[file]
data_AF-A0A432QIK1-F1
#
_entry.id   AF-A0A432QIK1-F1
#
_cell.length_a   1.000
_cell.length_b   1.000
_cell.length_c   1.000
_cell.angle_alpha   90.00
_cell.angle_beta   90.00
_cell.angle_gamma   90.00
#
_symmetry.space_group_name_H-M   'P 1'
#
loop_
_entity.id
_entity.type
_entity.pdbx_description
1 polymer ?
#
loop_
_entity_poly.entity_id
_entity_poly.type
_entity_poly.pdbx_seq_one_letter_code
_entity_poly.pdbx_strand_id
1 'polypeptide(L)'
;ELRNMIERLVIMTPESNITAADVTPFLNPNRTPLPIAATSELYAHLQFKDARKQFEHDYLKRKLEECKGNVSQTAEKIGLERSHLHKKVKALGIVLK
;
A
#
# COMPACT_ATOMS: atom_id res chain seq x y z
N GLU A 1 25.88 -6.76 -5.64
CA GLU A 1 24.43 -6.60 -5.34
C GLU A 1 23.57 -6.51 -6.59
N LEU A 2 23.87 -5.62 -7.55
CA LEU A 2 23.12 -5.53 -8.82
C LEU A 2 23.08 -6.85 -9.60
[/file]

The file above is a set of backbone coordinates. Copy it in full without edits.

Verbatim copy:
data_AF-A0A432QIK1-F1
#
_entry.id   AF-A0A432QIK1-F1
#
_cell.length_a   1.000
_cell.length_b   1.000
_cell.length_c   1.000
_cell.angle_alpha   90.00
_cell.angle_beta   90.00
_cell.angle_gamma   90.00
#
_symmetry.space_group_name_H-M   'P 1'
#
loop_
_entity.id
_entity.type
_entity.pdbx_description
1 polymer ?
#
loop_
_entity_poly.entity_id
_entity_poly.type
_entity_poly.pdbx_seq_one_letter_code
_entity_poly.pdbx_strand_id
1 'polypeptide(L)'
;ELRNMIERLVIMTPESNITAADVTPFLNPNRTPLPIAATSELYAHLQFKDARKQFEHDYLKRKLEECKGNVSQTAEKIGLERSHLHKKVKALGIVLK
;
A
#
# COMPACT_ATOMS: atom_id res chain seq x y z
N GLU A 1 25.88 -6.76 -5.64
CA GLU A 1 24.43 -6.60 -5.34
C GLU A 1 23.57 -6.51 -6.59
N LEU A 2 23.87 -5.62 -7.55
CA LEU A 2 23.12 -5.53 -8.82
C LEU A 2 23.08 -6.85 -9.60